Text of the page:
Given the current government focus on localism, enterprise, decentralisation and resilience, I would argue that reframing community resilience as being about much more than how it is presented in this document would have huge benefits across the board. It would focus the mind on what kind of new infrastructure would be needed, what new business opportunities emerge, and add an additional layer to the current obsession with recreating growth at all costs. Does new housing which is not both built to very high standards of energy efficiency and built using local materials represent a huge missed opportunity, and actually reduce community resilience? Is the continued undermining of local food economies through the enforced imposition of supermarkets ultimately self-defeating from a resilience perspective (as New Economics Foundation’s ‘Plugging the Leaks’ work suggests)? Let’s have a bit of ‘joined-up thinking’ here please.
Certainly the Transition take on resilience is at odds with the one set out in this Framework, and to that set out in most academic literature on resilience, but as a paper by Alex Haxeltine and Gill Seyfang of UEA argued:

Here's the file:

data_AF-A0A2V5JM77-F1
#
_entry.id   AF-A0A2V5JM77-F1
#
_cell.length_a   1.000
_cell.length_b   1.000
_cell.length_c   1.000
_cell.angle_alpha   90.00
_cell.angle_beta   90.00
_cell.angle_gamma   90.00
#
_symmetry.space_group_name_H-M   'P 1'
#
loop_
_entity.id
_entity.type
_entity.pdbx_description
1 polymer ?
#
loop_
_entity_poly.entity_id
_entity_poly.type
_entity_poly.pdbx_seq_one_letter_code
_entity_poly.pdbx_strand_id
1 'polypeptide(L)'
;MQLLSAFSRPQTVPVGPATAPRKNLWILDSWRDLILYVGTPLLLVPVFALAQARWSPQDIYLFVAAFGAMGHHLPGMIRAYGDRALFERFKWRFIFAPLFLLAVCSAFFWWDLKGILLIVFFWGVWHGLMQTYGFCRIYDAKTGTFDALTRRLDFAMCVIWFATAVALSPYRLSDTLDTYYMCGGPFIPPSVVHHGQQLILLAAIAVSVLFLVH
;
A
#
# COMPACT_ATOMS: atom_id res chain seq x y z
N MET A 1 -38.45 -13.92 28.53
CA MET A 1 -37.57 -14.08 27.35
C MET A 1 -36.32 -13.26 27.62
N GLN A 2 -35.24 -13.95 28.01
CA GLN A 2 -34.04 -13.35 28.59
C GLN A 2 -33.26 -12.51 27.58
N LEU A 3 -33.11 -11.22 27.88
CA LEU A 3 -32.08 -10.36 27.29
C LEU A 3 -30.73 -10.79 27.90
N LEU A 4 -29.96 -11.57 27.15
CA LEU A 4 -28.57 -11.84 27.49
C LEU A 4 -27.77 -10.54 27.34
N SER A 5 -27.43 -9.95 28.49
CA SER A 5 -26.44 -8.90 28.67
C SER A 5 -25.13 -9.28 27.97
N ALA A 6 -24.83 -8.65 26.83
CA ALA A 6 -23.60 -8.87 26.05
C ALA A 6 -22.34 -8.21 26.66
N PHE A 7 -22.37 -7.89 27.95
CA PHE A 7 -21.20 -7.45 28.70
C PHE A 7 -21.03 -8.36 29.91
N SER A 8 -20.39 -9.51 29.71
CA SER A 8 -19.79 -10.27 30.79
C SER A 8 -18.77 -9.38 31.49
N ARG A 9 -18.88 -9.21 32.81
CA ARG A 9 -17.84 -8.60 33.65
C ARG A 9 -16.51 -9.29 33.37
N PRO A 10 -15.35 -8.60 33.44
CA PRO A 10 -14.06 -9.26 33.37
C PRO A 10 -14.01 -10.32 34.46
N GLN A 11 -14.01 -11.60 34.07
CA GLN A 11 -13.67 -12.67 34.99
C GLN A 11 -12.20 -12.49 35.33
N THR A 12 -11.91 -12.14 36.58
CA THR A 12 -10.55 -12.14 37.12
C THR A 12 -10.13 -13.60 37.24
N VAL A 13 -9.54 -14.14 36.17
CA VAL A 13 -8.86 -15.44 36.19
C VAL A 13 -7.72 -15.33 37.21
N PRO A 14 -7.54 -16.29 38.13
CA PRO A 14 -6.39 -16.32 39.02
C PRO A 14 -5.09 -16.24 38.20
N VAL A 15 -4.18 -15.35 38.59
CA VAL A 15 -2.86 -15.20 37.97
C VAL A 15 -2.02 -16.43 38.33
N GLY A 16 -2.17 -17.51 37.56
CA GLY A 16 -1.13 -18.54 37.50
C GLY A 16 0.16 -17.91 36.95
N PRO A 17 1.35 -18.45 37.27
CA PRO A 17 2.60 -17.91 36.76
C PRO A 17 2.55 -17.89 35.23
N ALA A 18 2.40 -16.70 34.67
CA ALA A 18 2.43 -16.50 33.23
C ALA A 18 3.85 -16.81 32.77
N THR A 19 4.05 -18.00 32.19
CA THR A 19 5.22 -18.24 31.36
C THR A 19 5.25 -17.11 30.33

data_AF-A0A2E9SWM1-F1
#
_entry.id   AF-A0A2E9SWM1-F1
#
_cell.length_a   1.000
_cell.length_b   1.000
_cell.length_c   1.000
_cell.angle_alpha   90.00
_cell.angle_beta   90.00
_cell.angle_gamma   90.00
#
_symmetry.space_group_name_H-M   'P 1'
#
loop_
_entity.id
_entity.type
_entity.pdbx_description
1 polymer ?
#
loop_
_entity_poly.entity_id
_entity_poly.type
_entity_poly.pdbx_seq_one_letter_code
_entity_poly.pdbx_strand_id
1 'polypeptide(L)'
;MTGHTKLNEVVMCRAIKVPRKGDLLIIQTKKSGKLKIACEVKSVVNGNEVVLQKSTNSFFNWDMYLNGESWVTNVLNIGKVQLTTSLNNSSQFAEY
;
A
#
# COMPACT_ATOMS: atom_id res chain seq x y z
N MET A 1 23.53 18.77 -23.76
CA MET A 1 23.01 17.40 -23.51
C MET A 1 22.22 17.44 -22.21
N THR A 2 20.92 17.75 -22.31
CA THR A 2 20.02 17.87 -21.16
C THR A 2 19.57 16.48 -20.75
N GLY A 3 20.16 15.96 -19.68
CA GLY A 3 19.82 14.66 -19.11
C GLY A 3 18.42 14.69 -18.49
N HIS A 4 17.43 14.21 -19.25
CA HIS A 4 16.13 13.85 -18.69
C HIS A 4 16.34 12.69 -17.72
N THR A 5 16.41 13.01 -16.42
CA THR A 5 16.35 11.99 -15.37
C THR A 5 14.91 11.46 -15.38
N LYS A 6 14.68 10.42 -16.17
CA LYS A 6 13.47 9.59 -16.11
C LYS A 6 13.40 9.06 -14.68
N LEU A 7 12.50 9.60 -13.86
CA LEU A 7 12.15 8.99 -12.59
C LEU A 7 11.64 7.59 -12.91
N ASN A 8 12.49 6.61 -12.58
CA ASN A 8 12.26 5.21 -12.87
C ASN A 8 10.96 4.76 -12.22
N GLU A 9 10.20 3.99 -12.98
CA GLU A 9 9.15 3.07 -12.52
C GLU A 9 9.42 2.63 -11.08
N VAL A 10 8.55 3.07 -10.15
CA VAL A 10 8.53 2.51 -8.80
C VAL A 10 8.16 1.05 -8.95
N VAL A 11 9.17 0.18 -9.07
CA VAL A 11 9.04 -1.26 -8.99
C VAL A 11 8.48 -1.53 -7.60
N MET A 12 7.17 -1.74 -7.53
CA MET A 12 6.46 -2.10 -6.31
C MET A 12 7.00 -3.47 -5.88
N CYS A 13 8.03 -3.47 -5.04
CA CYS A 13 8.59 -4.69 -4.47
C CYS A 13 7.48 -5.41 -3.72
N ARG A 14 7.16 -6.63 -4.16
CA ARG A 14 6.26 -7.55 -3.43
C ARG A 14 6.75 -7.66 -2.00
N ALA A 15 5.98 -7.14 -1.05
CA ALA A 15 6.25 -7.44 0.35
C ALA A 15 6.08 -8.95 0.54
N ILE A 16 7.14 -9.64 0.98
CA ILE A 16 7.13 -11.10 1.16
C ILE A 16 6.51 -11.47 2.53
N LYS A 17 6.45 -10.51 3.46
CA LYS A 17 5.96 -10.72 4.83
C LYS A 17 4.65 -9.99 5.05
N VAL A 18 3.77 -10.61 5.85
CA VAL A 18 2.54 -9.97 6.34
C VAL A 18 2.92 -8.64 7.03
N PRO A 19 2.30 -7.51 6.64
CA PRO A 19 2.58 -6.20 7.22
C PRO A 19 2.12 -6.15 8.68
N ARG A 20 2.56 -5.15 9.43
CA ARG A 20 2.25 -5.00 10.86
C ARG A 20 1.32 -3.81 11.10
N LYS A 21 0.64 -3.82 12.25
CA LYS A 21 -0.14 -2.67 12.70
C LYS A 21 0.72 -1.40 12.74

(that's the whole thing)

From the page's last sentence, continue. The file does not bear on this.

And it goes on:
“Transition has been framed in terms of building (or rebuilding) resilience in local communities. So far, the movement seems to have successfully used resilience as a motivating framing concept. The lack of specificity used in the framing of resilience has probably contributed to resilience being perceived as an appealing goal by the wide range of citizens who have become involved with the movement”
In other words, it’s not resilience explained in the conventionally accepted way, but something about this expanded definition seems to be working, so maybe we’ll let them get on with it…
Features of community resilience
The Framework also identifies what it sees, from looking at a number of communities, as the key features of community resilience. Viewed with the slight shift in thinking that allows us to imagine it is referring to communities responding to resilience in the way set out above, it makes fascinating reading:
Implications and reflections
So, having read the Framework, here are some of the standout thoughts for me:
But the question for government is whether the urgent dash for growth at all costs (which they are taking to calling ‘positive growth’), could actively undermine the ability of communities to respond in the way argued for in the Framework. I was recently sent a very attractive hardback book (see right) called ‘Working together. Delivering growth though localism‘ produced by the Department for Communities and Local Government. It contains a section where the term ‘sustainable development’ is redefined thus:
“‘Sustainable’ means ensuring better lives for ourselves, but does not mean worse lives for future generations, and